The most astonishing datum is the continued invisibility of the women at high risk during prenatal monitoring, as 74.6% of them went to basic care, without being referred to specialized services. This percentage was similar to that observed in women classified as having habitual obstetric risk (80.2%) (data not shown). These data indicate shortcomings in the care of pregnant women, possibly because of the absence of detection and treatment of adverse pregnancy conditions12.

Studies carried out in different geographic areas have shown that women at high risk reported greater difficulty with appointments related to PN reference services13,14,16.

Regarding the collaboration between the levels of outpatient and hospital care for delivery care, we could also see that the absence of an association between the pregnant women and the maternity hospital was an important risk factor for infant mortality in these small and medium-sized cities with large rural population. Therefore, we highlight the need to organize the healthcare network, so as to ensure the timely access, with safe movement, to centers of greater complexity to meet this demand3.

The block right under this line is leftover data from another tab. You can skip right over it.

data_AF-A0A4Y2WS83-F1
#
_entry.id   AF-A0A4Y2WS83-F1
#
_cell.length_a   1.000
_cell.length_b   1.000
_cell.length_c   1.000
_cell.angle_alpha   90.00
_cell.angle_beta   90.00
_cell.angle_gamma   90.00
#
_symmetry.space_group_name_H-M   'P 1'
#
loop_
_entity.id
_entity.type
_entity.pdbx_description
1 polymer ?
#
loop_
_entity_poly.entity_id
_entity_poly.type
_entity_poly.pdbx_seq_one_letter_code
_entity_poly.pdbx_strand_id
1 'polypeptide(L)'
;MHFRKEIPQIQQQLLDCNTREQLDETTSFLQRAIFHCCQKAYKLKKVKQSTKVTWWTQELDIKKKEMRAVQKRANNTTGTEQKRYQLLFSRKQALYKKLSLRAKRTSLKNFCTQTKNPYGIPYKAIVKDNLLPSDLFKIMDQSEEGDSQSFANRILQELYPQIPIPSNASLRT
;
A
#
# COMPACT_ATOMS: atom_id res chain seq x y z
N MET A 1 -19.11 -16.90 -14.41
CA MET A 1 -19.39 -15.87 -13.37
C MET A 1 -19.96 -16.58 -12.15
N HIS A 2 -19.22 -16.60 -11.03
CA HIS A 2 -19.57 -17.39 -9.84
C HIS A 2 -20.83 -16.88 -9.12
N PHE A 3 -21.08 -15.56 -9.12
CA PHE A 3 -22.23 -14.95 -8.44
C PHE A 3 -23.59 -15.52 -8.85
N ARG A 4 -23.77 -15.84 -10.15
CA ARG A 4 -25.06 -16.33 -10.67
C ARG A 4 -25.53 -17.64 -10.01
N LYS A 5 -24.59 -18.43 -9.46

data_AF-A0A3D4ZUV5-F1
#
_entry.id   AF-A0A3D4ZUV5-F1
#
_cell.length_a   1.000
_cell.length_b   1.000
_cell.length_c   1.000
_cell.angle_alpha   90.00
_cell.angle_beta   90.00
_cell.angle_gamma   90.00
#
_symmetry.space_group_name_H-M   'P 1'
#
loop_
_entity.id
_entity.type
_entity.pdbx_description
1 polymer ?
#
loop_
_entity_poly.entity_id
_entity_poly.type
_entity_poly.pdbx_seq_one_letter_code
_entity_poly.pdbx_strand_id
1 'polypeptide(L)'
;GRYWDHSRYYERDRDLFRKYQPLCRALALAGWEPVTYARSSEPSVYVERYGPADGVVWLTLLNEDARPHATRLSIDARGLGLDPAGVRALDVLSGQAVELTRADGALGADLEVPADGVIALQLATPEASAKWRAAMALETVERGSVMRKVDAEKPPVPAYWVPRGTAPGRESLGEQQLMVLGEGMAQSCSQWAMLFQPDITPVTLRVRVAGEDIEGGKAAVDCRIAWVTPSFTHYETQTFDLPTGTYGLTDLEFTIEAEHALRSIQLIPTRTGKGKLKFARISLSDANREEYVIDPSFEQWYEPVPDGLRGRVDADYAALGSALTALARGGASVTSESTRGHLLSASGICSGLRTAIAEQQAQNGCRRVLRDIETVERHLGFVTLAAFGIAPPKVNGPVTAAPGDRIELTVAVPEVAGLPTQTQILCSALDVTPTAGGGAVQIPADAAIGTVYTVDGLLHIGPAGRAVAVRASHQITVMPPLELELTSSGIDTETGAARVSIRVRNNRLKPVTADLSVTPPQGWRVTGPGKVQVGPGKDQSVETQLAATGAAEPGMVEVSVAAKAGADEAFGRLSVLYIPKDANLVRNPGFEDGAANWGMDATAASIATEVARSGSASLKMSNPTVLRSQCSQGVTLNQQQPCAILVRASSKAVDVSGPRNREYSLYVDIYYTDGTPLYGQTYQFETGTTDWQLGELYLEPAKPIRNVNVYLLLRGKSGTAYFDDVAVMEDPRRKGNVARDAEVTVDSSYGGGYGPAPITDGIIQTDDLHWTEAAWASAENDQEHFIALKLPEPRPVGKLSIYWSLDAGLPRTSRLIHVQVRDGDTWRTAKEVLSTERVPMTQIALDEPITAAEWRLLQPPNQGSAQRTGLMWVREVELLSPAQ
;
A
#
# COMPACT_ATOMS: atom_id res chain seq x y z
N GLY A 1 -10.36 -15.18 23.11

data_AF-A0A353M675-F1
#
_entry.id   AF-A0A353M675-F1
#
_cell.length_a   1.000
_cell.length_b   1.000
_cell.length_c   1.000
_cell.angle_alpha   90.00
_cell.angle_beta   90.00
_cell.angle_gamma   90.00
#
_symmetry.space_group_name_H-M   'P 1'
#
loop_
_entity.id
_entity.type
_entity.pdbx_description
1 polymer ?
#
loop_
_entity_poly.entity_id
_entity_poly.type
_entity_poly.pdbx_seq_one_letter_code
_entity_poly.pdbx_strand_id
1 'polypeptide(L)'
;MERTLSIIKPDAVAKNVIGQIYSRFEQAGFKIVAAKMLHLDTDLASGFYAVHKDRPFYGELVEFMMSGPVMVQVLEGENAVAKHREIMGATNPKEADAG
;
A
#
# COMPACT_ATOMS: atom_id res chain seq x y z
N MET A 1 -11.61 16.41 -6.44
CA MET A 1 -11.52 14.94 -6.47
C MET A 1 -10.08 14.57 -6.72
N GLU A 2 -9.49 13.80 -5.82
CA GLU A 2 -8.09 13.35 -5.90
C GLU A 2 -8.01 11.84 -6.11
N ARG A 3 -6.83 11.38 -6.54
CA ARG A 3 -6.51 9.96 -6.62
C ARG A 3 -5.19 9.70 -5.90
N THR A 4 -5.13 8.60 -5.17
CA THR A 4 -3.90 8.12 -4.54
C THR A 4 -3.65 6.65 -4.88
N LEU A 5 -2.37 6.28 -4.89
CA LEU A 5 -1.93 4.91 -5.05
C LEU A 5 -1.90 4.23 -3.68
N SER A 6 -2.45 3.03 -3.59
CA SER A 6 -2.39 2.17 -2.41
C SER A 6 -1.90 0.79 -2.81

This lack of organization of the healthcare network must have contributed to the excessive number of deliveries at home, made by the mother herself or by lay midwives. It is important to highlight that the occurrence of a delivery at home is not, in itself, a risk factor for infant mortality. In countries that provide assistance to deliveries at home carried out by professional midwives, the decision on the place of birth is the right of the woman, except for first time pregnancies2. However, in the cities studied, we could see almost eight times more deliveries at home in the presence of obstetric risk among the cases of infant death when compared to the controls.